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3 Tips to Repair Rock Chips on Your Car

Rock chips on a front bumper.

If you spend long enough driving your car, especially on the highway, you’re bound to experience some rock chips in your paint. While these tiny spots of damage are unsightly, a rock chip on a metal panel can present an even bigger issue.

Your vehicle’s paint job is more than just cosmetic — it also provides a layer of protection from the elements. If moisture gets to the metal underneath, it will result in oxidation (rust), which can eat through the metal in that spot and spread quickly, compromising the integrity of the whole panel. Fortunately, if you address the issue early, fixing a rock chip is a relatively easy DIY that won’t break the bank.

Full disclosure: the result probably won’t look like a fresh paint job right from the factory floor, but if the job is done right, that won’t be noticeable unless you look closely. The most important thing is stopping the rust before it starts. To fix rock chips on your car, follow the steps outlined below.

1. Choose Your Color

You can match the right touch-up paint to your existing color using the year, make and model of your vehicle. You can search your model and year’s colors online, contact your dealership or check to see if the color is noted on the VIN sticker itself. If the vehicle has been repainted from its original color, you’re going to have to do a little more in-depth hunting and look back at records or samples.

Vehicle touch-up paint is usually sold in easy-to-apply pens or bottles with small brushes, but if you’re having trouble locating your color, spray paint can also be used. Just spray a small amount into a cap and use a small brush as an applicator.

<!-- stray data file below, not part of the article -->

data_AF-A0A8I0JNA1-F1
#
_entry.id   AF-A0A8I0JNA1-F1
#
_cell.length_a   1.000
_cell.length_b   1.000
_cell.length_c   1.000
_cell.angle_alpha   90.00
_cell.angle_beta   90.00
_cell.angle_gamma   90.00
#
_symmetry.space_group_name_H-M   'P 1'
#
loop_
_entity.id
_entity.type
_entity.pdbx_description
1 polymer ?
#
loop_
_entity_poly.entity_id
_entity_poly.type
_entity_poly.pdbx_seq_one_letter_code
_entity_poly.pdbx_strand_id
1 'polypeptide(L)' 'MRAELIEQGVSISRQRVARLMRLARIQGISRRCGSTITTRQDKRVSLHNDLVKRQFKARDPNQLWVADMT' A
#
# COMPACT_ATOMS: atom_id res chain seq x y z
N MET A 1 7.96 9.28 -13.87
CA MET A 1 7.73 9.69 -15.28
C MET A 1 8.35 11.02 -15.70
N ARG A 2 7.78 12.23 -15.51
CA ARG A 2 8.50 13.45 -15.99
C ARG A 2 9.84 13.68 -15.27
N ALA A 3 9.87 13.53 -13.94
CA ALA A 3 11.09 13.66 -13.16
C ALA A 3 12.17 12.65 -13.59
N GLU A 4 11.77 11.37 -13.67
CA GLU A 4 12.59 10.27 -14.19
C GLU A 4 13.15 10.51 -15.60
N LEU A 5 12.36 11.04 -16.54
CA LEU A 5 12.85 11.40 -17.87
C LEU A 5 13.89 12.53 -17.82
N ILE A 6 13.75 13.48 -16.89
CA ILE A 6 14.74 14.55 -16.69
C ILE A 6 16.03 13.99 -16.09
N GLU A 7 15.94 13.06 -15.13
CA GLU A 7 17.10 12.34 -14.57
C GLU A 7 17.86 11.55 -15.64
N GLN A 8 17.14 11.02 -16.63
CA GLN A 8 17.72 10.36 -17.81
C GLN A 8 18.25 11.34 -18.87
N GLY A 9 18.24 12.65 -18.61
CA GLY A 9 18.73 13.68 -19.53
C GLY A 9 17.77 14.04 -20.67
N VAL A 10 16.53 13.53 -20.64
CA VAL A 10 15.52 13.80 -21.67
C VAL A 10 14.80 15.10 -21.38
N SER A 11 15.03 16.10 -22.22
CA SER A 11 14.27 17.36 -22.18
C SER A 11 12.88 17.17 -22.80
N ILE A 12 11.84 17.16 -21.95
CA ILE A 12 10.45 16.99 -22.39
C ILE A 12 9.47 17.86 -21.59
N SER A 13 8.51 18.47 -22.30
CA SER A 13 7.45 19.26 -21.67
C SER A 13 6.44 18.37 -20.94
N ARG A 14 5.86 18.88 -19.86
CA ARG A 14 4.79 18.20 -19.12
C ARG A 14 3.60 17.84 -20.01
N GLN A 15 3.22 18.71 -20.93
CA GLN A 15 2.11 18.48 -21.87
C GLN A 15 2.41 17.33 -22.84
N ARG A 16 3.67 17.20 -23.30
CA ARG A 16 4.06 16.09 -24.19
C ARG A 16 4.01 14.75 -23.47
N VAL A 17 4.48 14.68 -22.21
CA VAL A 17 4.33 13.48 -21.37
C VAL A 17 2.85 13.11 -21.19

2. Prepare the Area Tips to Repair Rock Chips on Your Car

Wash your vehicle well and let it dry completely to help avoid rusting. Use tweezers to remove any debris still stuck in the chipped areas. Note that if the chips have already begun to rust, you’re going to need to pursue a more involved scratch removal process than this.

Apply just a touch of automotive polishing compound to a cotton cloth, and work it around using a small circular motion on the damaged area to smooth down the edges of the chip. Don’t be too forceful, as you don’t want to wear into the clearcoat of the surrounding paint. Next, remove the polish and waxy residue with denatured alcohol on a cloth.

3. Prime and Paint

Before you start painting, note that none of this work should be done in direct sunlight or in near-freezing temperatures, as these factors can affect the curing process. Fill the area left by the chip with primer up to the edge, and let it dry for at least half an hour or as long as the directions specify.

Allowing time for drying after each step is important to ensure the most professional-looking touch-up. Once the primer is dry, paint over it and let that dry as well. Then, paint a second coat. The metal underneath is now protected. After the paint has cured for a week or so, take the polishing compound out and make a few passes to lightly smooth out the repair and make it a little less conspicuous. Be careful not to go too deep or damage the surrounding paint. With this finished, you should be left with a small defect that’s noticeable only to those looking for it.

For more preventative measures, invest in a car bra, which can come as either a leather-like cover or a clear synthetic one. This should protect the front end of your vehicle, where rock chip damage is most likely to be sustained.

If you’re willing to put in a little extra work now and then, rock chips on your vehicle can be stopped in their tracks before they get out of hand and lead to additional issues.

Check out all the paint and body equipment available on NAPA Online, or trust one of our 17,000 NAPA AutoCare locations for routine maintenance and repairs. For more information on rock chips, chat with a knowledgeable expert at your local NAPA AUTO PARTS store.

Photos courtesy of Blair Lampe.


Blair Lampe View All

Blair Lampe is a New York-based professional mechanic, blogger, theater technician, and speechwriter.  In her downtime she enjoys backpacking wherever her boots will carry her, rock climbing, experimental theatre, a crisp rosé , and showering love on her 2001 Sierra truck.

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